Specialized Lysophosphatidic Acid Acyltransferases Contribute to Unusual Fatty Acid Accumulation in Exotic Euphorbiaceae Seed Oils

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Chemistry and Biochemistry


Mathematics and Natural Sciences


In vivo and in vitro analyses of Euphorbiaceae species’ triacylglycerol assembly enzymes substrate selectivity are consistent with the co-evolution of seed-specific unusual fatty acid production and suggest that many of these genes will be useful for biotechnological production of designer oils.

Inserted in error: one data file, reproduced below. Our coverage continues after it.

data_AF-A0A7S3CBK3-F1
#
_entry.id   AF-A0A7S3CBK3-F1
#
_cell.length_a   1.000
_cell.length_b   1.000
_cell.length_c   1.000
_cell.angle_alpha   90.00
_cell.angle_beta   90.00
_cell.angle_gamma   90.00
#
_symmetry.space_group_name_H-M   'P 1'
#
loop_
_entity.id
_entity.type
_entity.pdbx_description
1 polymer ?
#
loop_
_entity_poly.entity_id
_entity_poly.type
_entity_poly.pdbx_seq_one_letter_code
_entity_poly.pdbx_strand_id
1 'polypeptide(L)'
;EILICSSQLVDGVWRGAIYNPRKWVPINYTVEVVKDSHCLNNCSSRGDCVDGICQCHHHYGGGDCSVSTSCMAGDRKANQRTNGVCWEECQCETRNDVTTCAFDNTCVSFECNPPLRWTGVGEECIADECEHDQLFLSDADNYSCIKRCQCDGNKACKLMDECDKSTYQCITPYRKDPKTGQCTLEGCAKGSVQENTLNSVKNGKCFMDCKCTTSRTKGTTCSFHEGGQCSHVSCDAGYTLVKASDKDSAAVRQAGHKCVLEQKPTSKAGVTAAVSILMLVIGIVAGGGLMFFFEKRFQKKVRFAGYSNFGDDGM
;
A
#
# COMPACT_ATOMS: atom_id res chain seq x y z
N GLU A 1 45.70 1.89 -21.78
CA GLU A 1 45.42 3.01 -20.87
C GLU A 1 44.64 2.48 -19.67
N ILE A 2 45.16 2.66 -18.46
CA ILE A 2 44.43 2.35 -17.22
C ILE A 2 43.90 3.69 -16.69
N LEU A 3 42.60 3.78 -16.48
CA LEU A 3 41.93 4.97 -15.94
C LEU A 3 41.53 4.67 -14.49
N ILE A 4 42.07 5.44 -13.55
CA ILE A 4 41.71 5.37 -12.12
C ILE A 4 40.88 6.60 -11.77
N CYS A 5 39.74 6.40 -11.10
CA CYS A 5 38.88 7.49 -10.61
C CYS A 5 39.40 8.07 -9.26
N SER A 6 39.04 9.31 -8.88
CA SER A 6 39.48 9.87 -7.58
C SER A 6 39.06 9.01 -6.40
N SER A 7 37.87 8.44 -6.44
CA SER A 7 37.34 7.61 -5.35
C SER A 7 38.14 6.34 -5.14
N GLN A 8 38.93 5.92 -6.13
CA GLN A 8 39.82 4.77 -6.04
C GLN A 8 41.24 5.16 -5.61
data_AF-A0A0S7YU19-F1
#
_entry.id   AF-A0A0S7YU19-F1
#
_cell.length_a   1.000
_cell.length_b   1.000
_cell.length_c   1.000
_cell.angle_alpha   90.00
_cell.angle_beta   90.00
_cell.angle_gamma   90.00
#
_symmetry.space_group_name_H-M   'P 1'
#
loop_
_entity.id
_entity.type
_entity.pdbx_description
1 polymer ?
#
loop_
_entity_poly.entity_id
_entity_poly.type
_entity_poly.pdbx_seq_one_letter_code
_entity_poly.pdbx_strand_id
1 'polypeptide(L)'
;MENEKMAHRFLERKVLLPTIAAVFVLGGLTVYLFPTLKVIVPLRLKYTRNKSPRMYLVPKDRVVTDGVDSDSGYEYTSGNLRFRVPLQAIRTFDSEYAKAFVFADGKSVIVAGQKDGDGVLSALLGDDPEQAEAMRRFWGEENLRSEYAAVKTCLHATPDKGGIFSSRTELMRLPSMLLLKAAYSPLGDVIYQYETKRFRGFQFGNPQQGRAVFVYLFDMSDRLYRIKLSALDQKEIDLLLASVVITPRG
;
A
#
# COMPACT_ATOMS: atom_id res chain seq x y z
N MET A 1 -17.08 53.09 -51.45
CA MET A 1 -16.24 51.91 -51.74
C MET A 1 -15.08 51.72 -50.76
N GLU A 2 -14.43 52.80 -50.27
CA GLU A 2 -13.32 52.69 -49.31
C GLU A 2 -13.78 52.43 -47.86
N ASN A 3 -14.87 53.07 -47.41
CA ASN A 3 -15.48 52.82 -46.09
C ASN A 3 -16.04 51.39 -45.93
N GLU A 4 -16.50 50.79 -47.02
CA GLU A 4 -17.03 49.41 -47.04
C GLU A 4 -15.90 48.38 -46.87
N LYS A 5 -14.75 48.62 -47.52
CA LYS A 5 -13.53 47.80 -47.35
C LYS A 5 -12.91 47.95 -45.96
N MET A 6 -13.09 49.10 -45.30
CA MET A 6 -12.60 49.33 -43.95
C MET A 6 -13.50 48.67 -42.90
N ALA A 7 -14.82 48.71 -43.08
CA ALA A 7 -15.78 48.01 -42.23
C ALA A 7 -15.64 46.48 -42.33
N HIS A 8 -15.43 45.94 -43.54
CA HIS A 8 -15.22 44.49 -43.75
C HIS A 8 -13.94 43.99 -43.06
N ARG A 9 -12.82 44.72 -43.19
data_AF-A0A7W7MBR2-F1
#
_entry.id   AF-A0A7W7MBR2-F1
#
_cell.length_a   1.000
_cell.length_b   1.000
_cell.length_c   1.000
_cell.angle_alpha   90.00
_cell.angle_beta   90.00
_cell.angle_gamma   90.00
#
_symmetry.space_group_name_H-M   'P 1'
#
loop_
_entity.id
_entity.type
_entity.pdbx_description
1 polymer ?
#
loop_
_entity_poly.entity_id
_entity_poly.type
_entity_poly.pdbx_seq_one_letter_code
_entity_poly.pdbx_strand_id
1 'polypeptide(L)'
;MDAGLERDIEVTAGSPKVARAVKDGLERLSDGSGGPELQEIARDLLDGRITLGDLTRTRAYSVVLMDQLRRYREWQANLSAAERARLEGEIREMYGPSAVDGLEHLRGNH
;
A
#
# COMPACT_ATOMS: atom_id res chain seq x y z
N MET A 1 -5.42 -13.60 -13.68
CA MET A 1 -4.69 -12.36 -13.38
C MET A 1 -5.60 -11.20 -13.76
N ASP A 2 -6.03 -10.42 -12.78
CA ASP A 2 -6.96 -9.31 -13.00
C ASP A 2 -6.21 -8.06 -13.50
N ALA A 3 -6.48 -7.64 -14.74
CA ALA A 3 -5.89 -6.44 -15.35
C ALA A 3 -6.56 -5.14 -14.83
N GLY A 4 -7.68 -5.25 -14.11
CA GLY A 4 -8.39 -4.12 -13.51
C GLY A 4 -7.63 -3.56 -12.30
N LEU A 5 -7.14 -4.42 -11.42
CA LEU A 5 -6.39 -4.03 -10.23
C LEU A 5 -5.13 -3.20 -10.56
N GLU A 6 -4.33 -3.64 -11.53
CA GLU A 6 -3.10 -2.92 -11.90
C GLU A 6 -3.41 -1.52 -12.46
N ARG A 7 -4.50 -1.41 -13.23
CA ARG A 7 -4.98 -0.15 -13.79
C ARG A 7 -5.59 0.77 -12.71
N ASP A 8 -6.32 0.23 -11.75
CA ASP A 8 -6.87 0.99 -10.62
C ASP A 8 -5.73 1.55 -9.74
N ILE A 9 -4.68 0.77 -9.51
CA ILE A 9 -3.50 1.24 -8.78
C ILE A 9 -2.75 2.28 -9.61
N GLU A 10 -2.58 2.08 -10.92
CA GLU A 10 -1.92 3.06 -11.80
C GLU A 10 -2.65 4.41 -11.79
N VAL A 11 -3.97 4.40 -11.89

Many exotic Euphorbiaceae species, including tung tree (Vernicia fordii), castor bean (Ricinus communis), Bernardia pulchella, and Euphorbia lagascae, accumulate unusual fatty acids in their seed oils, many of which have valuable properties for the chemical industry. However, various adverse plant characteristics including low seed yields, production of toxic compounds, limited growth range, and poor resistance to abiotic stresses have limited full agronomic exploitation of these plants. Biotechnological production of these unusual fatty acids (UFA) in high yielding non-food oil crops would provide new robust sources for these valuable bio-chemicals. Previous research has shown that expression of the primary UFA biosynthetic gene alone is not enough for high-level accumulation in transgenic seed oils; other genes must be included to drive selective UFA incorporation into oils. Here, we use a series of in planta molecular genetic studies and in vitro biochemical measurements to demonstrate that lysophosphatidic acid acyltransferases from two Euphorbiaceae species have high selectivity for incorporation of their respective unusual fatty acids into the phosphatidic acid intermediate of oil biosynthesis. These results are consistent with the hypothesis that unusual fatty acid accumulation arose in part via co-evolution of multiple oil biosynthesis and assembly enzymes that cooperate to enhance selective fatty acid incorporation into seed oils over that of the common fatty acids found in membrane lipids.

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